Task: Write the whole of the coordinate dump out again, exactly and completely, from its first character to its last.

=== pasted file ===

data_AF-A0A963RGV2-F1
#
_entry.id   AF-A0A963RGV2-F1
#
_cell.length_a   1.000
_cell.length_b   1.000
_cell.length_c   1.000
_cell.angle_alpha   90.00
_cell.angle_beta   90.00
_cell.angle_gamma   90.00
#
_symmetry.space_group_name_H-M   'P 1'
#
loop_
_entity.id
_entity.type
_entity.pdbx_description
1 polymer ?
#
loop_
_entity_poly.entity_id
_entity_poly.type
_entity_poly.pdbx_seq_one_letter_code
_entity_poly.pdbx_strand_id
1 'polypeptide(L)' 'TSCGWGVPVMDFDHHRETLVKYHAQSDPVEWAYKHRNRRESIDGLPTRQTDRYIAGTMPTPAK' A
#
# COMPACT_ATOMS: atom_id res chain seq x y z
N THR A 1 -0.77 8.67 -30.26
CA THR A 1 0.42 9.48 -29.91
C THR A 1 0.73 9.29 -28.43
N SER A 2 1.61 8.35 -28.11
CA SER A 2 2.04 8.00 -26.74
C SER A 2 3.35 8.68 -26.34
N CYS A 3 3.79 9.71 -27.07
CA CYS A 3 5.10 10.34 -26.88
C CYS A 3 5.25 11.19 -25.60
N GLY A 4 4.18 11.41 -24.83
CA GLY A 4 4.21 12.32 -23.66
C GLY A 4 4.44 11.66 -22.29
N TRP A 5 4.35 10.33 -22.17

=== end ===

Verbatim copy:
data_AF-A0A963RGV2-F1
#
_entry.id   AF-A0A963RGV2-F1
#
_cell.length_a   1.000
_cell.length_b   1.000
_cell.length_c   1.000
_cell.angle_alpha   90.00
_cell.angle_beta   90.00
_cell.angle_gamma   90.00
#
_symmetry.space_group_name_H-M   'P 1'
#
loop_
_entity.id
_entity.type
_entity.pdbx_description
1 polymer ?
#
loop_
_entity_poly.entity_id
_entity_poly.type
_entity_poly.pdbx_seq_one_letter_code
_entity_poly.pdbx_strand_id
1 'polypeptide(L)' 'TSCGWGVPVMDFDHHRETLVKYHAQSDPVEWAYKHRNRRESIDGLPTRQTDRYIAGTMPTPAK' A
#
# COMPACT_ATOMS: atom_id res chain seq x y z
N THR A 1 -0.77 8.67 -30.26
CA THR A 1 0.42 9.48 -29.91
C THR A 1 0.73 9.29 -28.43
N SER A 2 1.61 8.35 -28.11
CA SER A 2 2.04 8.00 -26.74
C SER A 2 3.35 8.68 -26.34
N CYS A 3 3.79 9.71 -27.07
CA CYS A 3 5.10 10.34 -26.88
C CYS A 3 5.25 11.19 -25.60
N GLY A 4 4.18 11.41 -24.83
CA GLY A 4 4.21 12.32 -23.66
C GLY A 4 4.44 11.66 -22.29
N TRP A 5 4.35 10.33 -22.17